“IT WILL TAKE MORE THAN A HISTORIC RECESSION AND A
PLAYER LOCKOUT TO SACK THE BUSINESS OF FOOTBALL.” (FORBES, 2011)
Last night’s Super Bowl XLVII between the San Francisco 49ers and Baltimore Ravens is the biggest party in American sports. The business of football has strong cultural and commercial roots manifested in the American society. As a host city of this year’s ‘party’, New Orleans expects a major economic boost of approximately $432 mio. as a result of more than 150,000 people visiting the city in relation to the event (according to USA Today). The Super Bowl is a ‘high-end’ mega-event in high demand, which reflects in the audience. There are numerous corporate parties and events, which encircle Super Bowl, and the audience entails many celebrities and people with substantial private or corporate expense accounts. According to New Orleans Convention & Visitors Bureau, the visitors occupy nearly every one of the 38,000 rooms in and around New Orleans.
New Orleans was damaged considerable by Hurricane Katrina in 2005 but hosting this event is a ‘tipping point’ for the city in terms of re-building infrastructure and city facilities while drawing on the massive media attention tied to the many media members, which cover Super Bowl. So this event gives New Orleans a chance to rise again and to show the world what the city has to offer and that it has come far since the devastating catastrophe in 2005. On top of the economic impact, New Orleans can reap the benefits from an event, which is highlighted in front of millions of TV-viewers worldwide – the Super Bowl also accounts for the most-viewed television program in the US. The event is a premium ’made for television’ event, which blends sports and entertainment while captivating viewing audiences. Thus, it is difficult and extremely expensive for any city to buy this amount of ‘branding impact’. Revenue streams for restaurants, hotels and other businesses in the New Orleans area have grown significantly during Super Bowl weekend. The impact of the Super Bowl is enormous and beats the impact of other big events (Mardi Gras) in the city.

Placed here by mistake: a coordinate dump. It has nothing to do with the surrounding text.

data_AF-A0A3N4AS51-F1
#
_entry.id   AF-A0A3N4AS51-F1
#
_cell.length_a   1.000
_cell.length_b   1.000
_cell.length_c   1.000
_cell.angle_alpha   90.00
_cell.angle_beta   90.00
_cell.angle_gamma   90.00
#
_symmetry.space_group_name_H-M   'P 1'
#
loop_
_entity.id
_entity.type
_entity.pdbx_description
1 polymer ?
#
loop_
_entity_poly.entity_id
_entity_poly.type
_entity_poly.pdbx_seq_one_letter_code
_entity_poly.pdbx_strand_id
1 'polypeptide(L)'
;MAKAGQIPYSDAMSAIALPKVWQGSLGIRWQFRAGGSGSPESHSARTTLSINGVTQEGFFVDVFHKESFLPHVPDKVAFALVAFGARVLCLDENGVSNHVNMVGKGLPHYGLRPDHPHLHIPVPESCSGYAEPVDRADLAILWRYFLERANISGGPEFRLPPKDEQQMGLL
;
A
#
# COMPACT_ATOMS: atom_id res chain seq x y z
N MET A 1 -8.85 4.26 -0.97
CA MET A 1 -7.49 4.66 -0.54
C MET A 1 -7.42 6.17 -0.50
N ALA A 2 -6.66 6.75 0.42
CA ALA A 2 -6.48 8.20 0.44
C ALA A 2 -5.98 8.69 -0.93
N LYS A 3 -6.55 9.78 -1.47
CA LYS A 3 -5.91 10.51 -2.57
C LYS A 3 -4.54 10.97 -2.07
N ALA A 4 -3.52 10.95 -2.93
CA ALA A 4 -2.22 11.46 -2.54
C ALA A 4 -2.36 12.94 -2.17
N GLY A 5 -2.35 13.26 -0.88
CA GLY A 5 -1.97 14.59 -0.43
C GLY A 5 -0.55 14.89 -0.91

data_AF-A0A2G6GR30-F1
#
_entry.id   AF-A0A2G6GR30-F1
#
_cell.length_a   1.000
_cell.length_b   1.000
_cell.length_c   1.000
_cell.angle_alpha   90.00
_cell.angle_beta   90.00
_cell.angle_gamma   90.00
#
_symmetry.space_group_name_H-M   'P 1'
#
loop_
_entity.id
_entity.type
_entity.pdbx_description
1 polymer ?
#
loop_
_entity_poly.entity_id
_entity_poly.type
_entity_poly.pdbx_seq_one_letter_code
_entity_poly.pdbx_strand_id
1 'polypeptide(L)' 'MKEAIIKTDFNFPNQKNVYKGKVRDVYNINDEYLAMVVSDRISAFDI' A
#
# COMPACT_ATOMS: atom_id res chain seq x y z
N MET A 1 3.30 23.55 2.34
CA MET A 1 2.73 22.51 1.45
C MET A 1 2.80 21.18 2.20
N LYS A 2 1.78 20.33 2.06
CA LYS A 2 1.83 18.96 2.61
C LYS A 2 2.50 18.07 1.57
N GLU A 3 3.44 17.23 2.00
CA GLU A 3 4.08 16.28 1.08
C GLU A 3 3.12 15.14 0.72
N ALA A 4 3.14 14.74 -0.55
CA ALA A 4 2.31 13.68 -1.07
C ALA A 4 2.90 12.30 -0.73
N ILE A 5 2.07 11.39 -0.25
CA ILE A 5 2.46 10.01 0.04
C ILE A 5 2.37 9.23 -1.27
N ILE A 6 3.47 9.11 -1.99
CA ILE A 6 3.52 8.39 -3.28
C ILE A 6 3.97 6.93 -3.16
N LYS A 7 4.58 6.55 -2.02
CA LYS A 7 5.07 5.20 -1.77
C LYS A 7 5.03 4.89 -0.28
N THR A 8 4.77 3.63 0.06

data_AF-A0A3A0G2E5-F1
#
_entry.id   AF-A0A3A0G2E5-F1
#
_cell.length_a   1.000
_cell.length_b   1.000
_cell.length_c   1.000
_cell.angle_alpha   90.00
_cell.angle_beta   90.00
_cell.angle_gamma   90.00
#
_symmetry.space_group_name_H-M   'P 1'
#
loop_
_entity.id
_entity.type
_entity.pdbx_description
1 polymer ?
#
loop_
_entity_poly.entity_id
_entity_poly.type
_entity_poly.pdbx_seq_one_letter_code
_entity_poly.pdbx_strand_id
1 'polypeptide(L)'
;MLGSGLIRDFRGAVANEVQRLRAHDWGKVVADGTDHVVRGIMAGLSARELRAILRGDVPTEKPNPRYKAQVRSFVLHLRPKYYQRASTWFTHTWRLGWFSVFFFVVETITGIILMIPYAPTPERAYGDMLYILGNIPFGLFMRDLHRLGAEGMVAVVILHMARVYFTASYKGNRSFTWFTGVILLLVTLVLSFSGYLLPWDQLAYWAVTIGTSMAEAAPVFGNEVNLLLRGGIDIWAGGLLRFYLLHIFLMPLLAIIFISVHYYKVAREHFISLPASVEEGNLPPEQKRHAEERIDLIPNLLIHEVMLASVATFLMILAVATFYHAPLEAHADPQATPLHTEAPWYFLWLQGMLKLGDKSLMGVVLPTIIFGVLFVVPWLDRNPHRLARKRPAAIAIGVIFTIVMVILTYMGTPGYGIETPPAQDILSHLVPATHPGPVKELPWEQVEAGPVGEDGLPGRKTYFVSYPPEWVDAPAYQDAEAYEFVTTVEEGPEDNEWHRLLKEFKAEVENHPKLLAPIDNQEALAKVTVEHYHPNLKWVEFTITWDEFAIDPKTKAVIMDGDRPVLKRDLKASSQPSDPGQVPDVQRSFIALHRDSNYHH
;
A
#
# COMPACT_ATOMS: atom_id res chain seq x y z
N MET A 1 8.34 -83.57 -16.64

Studies show that there often is a positive connection between Super Bowl promotion and market value of advertisers when stressing factors such as likeable characters and emotional appeals – an indicator why it may be so attractive for corporations to be part of Super Bowl commercialization and to do business with the NFL. The ability to integrate events and event marketing into a strong business model distinguishes the NFL from most other sports organizations, especially as it relates to the Super Bowl. The Super Bowl is an event appealing to major corporations and brands exemplified by how Pepsi, Visa and other major brands invest highly in the event through advertising, sponsorship and events leading up to and during the Super Bowl.
Click here to watch the Super Bowl commercial spots of 2013.
See also this link for information about the economic impact.